Top Ten Fantasy WR’s to own
|| Randy Moss
|| Moss nearly matched his Week 1 output with five catches for 127 yards and one TD against the Chiefs in Week 2. Up next may be Oakland’s biggest test of the year – on paper at least: a game at Philadelphia against an Eagles defense that has allowed an average of 101.5 passing yards to its first two opponents and zero passing TDs.
|| Terrell Owens
|| Owens had “only” five catches against the 49ers, but they went a long way (143 three yards, two TDs). He may very well have something to prove when Moss and the Raiders visit on Sunday. Owens may be the only wideout who can wrest the top spot away from Moss outside of Moss himself.
|| Chad Johnson
|| It may be a bit fashionable to move Johnson up in the rankings, but it’s hard to argue with the results thus far. On Sunday, it took Johnson only two plays to make his fantasy owners happy when he posted a 70-yard TD reception early in the Bengals’ 37-8 shellacking of the Vikings. The rest was gravy as he finished with 139 yards and the aforementioned score. Cincinnati will spend Week 3 in Chicago against a stubborn Bears squad that looks like it could give teams problems all season long
|| Torry Holt
|| Two weeks of solid fantasy production to Holt’s credit, but no big bang to date. His two-game totals are nice, though: 14 catches, 195 yards and one TD. Expect another solid-if-not-spectacular showing at home against Tennessee on Sunday.
|| Marvin Harrison
|| Harrison’s nine catches, 105 yards and one TD in two games sure don’t merit a top-10 ranking, let alone a spot in the top 20, but who knows how the other upper echelon wideouts would have fared if they had opened the season against Baltimore and Jacksonville. Fantasy owners will soon be reminded of Harrison’s fantasy relevance as the average rank of the next five pass defenses the Colts face is 23 rd in the league (Cleveland, Tennessee, San Francisco, St. Louis and Houston).
|| Joe Horn
|| Horn’s performance in the Saints’ loss to the Giants on Monday negates any concerns about his lack of production in the Saints’ win over Carolina in Week 1 (5 catches, 66 yards). This may be his 10 th year in the league, but Horn’s ninth year was his best to date and due to his consistency alone, he should stay near the top for at least one more season.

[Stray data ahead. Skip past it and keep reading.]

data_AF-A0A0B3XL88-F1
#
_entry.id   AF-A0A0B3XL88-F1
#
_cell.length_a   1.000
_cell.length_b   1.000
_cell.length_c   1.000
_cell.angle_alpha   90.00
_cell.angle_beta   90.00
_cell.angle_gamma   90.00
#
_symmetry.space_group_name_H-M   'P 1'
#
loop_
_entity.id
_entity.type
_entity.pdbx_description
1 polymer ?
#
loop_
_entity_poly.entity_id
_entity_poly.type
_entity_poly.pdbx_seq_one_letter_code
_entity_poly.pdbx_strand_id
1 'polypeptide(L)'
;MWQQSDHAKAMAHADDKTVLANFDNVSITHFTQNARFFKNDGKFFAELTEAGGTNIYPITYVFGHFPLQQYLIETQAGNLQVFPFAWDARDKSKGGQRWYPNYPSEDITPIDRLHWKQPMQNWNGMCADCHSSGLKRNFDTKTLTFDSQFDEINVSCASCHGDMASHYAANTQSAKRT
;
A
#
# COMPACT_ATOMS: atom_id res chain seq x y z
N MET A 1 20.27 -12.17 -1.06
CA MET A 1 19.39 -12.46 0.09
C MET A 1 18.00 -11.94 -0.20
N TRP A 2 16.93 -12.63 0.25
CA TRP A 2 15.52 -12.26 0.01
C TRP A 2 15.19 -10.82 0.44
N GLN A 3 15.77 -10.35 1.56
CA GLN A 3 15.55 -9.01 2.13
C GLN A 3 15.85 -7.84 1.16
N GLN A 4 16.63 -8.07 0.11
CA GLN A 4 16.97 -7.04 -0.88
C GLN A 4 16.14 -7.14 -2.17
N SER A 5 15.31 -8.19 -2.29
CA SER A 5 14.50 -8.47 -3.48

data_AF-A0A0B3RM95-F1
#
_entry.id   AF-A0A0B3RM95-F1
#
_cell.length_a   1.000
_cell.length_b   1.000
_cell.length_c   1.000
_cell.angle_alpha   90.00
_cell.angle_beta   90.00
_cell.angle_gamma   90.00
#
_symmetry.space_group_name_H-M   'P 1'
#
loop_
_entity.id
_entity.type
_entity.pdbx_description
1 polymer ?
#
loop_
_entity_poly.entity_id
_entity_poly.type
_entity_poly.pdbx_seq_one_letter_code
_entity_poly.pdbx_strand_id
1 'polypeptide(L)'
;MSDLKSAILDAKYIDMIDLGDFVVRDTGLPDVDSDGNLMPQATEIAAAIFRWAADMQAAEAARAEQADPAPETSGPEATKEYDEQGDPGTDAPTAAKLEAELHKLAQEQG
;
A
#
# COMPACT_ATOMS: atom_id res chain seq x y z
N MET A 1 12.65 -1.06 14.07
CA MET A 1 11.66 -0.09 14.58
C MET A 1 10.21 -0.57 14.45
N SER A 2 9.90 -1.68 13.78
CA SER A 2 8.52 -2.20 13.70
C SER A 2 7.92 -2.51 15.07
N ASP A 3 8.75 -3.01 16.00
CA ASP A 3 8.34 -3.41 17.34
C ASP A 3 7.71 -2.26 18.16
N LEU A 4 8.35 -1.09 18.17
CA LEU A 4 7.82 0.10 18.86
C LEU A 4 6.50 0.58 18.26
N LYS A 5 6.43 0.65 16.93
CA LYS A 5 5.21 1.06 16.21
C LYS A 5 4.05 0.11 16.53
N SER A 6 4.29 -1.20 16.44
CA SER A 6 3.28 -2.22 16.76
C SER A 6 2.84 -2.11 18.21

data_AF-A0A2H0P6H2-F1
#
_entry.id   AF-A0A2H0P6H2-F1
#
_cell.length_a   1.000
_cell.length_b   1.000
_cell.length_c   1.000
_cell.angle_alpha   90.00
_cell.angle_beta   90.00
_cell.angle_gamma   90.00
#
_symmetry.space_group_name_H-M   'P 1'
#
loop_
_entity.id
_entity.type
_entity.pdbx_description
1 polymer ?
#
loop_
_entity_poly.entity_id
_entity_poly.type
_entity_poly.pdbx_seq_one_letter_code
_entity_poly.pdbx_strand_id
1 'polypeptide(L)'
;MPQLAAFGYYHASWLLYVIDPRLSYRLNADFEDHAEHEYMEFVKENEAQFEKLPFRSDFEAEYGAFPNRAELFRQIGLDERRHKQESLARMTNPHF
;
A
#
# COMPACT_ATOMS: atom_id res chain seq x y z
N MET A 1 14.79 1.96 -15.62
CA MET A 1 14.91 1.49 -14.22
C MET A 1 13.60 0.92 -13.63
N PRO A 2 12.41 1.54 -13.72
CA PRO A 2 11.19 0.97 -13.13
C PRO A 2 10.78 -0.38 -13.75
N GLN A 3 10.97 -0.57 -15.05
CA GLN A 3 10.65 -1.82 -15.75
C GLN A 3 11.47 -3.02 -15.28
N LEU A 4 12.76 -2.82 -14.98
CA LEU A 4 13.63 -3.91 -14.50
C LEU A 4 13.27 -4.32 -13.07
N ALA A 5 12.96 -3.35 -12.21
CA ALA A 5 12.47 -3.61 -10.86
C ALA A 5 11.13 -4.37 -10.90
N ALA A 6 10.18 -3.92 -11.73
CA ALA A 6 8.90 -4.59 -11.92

|| Derrick Mason
|| Last year’s league leader in catches is at it once again, despite playing in Baltimore. Mason’s 16 catches are second only to Larry Fitzgerald’s 17, and he’s added 159 yards and one TD. Any wideout who can produce in consecutive with QBs Kyle Boller and Anthony Wright at the helm has earned gobs of credit.
|| Steve Smith
|| In the Panthers’ 27-17 win against the Patriots in Week 2, Smith was slowed to four catches and 34 yards as no component of the Panthers’ offense had any value outside of RB Stephen Davis. Another contest offering sparse potential looms in Week 3 at Miami, but then the Panthers get four games in a row against teams not known for being stingy against the pass (Green Bay, Arizona, Detroit, Minnesota).
|| Larry Fitzgerald
|| Fitzgerald was out-produced by fellow wideout Anquan Boldin on Sunday, something that should happen only a few times this season. He still has a league-leading 17 catches through two weeks. A bigger problem is Arizona’s inability to score TDs (two games, one TD on offense), but the Cardinals should should be good for a couple of TDs in Seattle on Sunday.
|| Darrell Jackson
|| Two weeks in the books and Jackson is in the top six in the NFL in both catches (14) and yards (196), with a TD to boot. He should continue the pace with a home date against Arizona on Sunday.
(Note – this listing considers the rankings of WR’s if a draft was held today)
Climbing The Ladder